Thrust faulting on Venus: Tectonic modeling of the Vedma Dorsa Ridge Belt

Samantha A. Moruzzi, Walter S. Kiefer, Jeffrey C. Andrews-Hanna

Research output: Contribution to journalArticlepeer-review


Radar images from the Magellan mission reveal compressional ridge belts transecting several low-lying plains on Venus, including Atalanta, Vinmara, Lavinia, and Rusalka/Llorona/Vellamo Planitiae. Vedma Dorsa is an ∼1800 km long ridge belt with 0.5–1 km of relief in Llorona/Vellamo Planitiae. We analyze sections of the ridge belt that have an asymmetric topographic cross section, indicative of deep thrust faulting and shallow folding as the dominant formation mechanisms. We perform elastic dislocation and Monte Carlo tectonic modeling of thrust faulting at several locations along Vedma Dorsa to constrain the fault displacement (D), depth of faulting (z), and fault dip (θ). We find that the models are consistent with blind thrust faulting and folding as the dominant mechanism for producing Vedma, with preferred fault parameters of D ∼ 1–2 km, z ∼ 10–25 km, and θ ∼ 25–30°. The results support an upper fault tip >3 km below the surface (blind fault), and a change in dip at depth. Our preferred models and the additional fault complexities supported at each site suggest that this section of Vedma is an intermediate structure between lobate scraps and fold and thrust belts, incorporating morphometric aspects from both classifications. Observations of terrestrial fault depths and the best-fitting depth of faulting from our models lead to an estimated heat flux of 16–39 mW m−2 at the time of Vedma Dorsa's formation, consistent with formation over a cold, downwelling region of the mantle.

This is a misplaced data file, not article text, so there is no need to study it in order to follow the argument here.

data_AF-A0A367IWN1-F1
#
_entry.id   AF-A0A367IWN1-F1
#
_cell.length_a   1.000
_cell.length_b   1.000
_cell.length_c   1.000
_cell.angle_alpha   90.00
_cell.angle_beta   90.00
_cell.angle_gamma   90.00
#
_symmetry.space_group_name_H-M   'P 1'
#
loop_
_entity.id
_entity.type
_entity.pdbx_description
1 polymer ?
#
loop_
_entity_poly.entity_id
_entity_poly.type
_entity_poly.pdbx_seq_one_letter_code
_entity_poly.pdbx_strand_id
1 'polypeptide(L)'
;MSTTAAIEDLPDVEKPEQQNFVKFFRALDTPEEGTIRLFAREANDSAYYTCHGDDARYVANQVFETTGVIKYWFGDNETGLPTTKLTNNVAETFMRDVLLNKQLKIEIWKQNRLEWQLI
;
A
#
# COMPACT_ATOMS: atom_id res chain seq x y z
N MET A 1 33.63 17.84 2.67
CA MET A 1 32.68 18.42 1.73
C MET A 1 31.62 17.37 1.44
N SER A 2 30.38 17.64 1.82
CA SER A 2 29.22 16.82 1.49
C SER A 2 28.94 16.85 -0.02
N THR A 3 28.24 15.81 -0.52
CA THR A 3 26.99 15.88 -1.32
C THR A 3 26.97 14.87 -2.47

Original languageEnglish (US)
Article number115378
StatePublished - Mar 1 2023


  • Geophysics
  • Interiors
  • Tectonics
  • Thermal histories
  • Venus

ASJC Scopus subject areas

  • Astronomy and Astrophysics
  • Space and Planetary Science


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